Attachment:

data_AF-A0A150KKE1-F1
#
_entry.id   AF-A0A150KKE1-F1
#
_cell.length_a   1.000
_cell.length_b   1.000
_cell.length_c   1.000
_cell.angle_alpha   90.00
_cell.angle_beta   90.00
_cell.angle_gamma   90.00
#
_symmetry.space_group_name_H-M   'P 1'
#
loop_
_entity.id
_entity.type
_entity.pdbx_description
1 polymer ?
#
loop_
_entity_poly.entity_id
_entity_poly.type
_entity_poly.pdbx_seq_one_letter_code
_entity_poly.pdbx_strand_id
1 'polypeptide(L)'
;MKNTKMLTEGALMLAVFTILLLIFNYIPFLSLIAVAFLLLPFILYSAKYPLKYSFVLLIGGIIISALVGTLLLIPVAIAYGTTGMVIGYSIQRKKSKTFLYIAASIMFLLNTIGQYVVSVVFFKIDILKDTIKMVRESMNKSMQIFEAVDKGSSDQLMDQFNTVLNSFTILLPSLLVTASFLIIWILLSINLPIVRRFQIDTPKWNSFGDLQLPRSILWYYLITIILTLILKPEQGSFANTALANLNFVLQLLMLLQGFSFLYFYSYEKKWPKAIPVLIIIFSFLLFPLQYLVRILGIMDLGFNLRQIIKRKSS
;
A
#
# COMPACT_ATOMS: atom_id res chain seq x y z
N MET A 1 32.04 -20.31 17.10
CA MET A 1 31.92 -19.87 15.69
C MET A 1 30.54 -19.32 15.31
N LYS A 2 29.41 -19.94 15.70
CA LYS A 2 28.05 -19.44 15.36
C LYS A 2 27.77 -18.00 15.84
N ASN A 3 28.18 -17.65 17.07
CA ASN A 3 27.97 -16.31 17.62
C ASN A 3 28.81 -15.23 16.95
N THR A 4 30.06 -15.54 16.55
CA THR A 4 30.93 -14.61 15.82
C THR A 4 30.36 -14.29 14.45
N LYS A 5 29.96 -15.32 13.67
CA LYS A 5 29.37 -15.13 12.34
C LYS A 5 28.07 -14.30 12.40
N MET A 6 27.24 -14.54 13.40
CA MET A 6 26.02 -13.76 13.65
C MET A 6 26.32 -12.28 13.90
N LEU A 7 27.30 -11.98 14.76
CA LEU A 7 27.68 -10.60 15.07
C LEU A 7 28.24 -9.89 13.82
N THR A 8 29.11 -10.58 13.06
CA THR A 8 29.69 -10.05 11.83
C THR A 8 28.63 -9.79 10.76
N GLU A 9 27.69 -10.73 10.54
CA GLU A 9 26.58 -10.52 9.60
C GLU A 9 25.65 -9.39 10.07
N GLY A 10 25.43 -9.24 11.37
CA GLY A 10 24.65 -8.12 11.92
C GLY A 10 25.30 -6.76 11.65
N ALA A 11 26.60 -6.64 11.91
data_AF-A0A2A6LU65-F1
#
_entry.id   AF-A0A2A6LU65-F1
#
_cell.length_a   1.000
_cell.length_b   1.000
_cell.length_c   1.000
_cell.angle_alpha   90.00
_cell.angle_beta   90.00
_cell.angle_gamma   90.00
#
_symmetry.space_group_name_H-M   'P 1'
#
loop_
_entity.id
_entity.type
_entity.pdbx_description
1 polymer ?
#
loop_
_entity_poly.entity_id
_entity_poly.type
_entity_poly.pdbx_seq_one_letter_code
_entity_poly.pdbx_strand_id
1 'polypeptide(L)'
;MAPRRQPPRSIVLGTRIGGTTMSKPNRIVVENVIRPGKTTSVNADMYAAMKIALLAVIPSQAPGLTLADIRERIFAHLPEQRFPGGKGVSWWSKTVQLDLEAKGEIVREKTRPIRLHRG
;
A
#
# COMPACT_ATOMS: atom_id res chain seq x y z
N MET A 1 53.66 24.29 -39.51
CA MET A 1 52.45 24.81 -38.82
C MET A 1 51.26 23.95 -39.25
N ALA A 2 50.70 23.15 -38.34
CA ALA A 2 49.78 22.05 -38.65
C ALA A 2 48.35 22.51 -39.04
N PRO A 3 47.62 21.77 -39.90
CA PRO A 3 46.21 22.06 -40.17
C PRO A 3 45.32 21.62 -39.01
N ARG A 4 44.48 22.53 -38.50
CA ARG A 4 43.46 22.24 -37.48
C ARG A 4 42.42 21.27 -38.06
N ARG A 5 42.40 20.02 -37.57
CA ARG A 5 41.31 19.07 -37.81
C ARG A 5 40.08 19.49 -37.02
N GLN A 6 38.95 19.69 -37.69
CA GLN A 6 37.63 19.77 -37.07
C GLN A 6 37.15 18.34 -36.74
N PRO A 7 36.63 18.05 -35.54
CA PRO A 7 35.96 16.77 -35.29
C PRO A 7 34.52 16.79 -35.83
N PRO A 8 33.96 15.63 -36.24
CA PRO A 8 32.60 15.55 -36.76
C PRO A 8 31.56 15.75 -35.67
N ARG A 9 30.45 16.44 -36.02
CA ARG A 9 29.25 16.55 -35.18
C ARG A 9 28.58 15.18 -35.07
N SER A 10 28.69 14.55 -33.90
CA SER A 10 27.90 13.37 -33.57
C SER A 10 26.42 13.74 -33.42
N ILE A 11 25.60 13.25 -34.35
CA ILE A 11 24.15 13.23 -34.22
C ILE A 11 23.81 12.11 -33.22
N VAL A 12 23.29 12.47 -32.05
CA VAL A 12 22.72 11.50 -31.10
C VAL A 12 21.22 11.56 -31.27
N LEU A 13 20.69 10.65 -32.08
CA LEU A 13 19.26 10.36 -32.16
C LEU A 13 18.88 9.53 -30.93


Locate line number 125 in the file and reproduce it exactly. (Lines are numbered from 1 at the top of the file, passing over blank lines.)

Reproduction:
N VAL A 12 23.29 12.47 -32.05